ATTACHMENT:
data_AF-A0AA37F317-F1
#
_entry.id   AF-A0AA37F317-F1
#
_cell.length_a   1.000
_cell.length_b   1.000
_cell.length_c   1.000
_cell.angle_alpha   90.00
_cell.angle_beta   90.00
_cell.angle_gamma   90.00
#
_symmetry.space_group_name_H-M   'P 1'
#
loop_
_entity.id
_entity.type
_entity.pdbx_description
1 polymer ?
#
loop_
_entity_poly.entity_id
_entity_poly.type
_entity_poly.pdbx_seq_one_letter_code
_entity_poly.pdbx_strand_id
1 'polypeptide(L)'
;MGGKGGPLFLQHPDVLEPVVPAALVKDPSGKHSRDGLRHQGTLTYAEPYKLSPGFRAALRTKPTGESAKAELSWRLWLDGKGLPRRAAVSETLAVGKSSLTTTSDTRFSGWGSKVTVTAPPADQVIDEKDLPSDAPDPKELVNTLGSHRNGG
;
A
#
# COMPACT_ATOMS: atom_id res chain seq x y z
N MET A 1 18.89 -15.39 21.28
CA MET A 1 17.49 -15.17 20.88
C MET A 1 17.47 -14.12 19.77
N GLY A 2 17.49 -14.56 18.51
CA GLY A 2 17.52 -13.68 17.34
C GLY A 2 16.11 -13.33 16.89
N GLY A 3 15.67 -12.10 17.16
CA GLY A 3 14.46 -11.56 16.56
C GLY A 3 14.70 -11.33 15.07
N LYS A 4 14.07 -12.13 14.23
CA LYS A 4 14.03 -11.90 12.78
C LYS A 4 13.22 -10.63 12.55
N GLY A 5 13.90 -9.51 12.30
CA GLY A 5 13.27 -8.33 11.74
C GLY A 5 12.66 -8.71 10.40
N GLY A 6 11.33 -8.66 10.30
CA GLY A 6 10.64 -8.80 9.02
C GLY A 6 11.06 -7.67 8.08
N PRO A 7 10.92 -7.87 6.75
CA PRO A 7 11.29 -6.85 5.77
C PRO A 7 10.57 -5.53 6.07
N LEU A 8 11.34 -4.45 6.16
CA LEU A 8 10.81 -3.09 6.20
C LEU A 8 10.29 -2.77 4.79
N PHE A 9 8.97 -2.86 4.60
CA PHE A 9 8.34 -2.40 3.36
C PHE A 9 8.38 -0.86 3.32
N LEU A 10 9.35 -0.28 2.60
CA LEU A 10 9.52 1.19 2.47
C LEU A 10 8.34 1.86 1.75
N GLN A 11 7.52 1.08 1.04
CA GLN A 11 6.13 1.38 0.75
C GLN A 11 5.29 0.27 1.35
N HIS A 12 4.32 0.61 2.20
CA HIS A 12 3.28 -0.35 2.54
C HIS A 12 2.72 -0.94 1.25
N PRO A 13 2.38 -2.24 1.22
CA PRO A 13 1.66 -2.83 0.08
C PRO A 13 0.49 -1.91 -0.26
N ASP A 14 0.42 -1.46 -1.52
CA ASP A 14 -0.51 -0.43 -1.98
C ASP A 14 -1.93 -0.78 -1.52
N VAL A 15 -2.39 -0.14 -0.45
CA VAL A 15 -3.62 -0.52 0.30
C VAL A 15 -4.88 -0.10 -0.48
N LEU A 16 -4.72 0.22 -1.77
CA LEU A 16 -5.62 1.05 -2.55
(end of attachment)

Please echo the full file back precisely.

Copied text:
data_AF-A0AA37F317-F1
#
_entry.id   AF-A0AA37F317-F1
#
_cell.length_a   1.000
_cell.length_b   1.000
_cell.length_c   1.000
_cell.angle_alpha   90.00
_cell.angle_beta   90.00
_cell.angle_gamma   90.00
#
_symmetry.space_group_name_H-M   'P 1'
#
loop_
_entity.id
_entity.type
_entity.pdbx_description
1 polymer ?
#
loop_
_entity_poly.entity_id
_entity_poly.type
_entity_poly.pdbx_seq_one_letter_code
_entity_poly.pdbx_strand_id
1 'polypeptide(L)'
;MGGKGGPLFLQHPDVLEPVVPAALVKDPSGKHSRDGLRHQGTLTYAEPYKLSPGFRAALRTKPTGESAKAELSWRLWLDGKGLPRRAAVSETLAVGKSSLTTTSDTRFSGWGSKVTVTAPPADQVIDEKDLPSDAPDPKELVNTLGSHRNGG
;
A
#
# COMPACT_ATOMS: atom_id res chain seq x y z
N MET A 1 18.89 -15.39 21.28
CA MET A 1 17.49 -15.17 20.88
C MET A 1 17.47 -14.12 19.77
N GLY A 2 17.49 -14.56 18.51
CA GLY A 2 17.52 -13.68 17.34
C GLY A 2 16.11 -13.33 16.89
N GLY A 3 15.67 -12.10 17.16
CA GLY A 3 14.46 -11.56 16.56
C GLY A 3 14.70 -11.33 15.07
N LYS A 4 14.07 -12.13 14.23
CA LYS A 4 14.03 -11.90 12.78
C LYS A 4 13.22 -10.63 12.55
N GLY A 5 13.90 -9.51 12.30
CA GLY A 5 13.27 -8.33 11.74
C GLY A 5 12.66 -8.71 10.40
N GLY A 6 11.33 -8.66 10.30
CA GLY A 6 10.64 -8.80 9.02
C GLY A 6 11.06 -7.67 8.08
N PRO A 7 10.92 -7.87 6.75
CA PRO A 7 11.29 -6.85 5.77
C PRO A 7 10.57 -5.53 6.07
N LEU A 8 11.34 -4.45 6.16
CA LEU A 8 10.81 -3.09 6.20
C LEU A 8 10.29 -2.77 4.79
N PHE A 9 8.97 -2.86 4.60
CA PHE A 9 8.34 -2.40 3.36
C PHE A 9 8.38 -0.86 3.32
N LEU A 10 9.35 -0.28 2.60
CA LEU A 10 9.52 1.19 2.47
C LEU A 10 8.34 1.86 1.75
N GLN A 11 7.52 1.08 1.04
CA GLN A 11 6.13 1.38 0.75
C GLN A 11 5.29 0.27 1.35
N HIS A 12 4.32 0.61 2.20
CA HIS A 12 3.28 -0.35 2.54
C HIS A 12 2.72 -0.94 1.25
N PRO A 13 2.38 -2.24 1.22
CA PRO A 13 1.66 -2.83 0.08
C PRO A 13 0.49 -1.91 -0.26
N ASP A 14 0.42 -1.46 -1.52
CA ASP A 14 -0.51 -0.43 -1.98
C ASP A 14 -1.93 -0.78 -1.52
N VAL A 15 -2.39 -0.14 -0.45
CA VAL A 15 -3.62 -0.52 0.30
C VAL A 15 -4.88 -0.10 -0.48
N LEU A 16 -4.72 0.22 -1.77
CA LEU A 16 -5.62 1.05 -2.55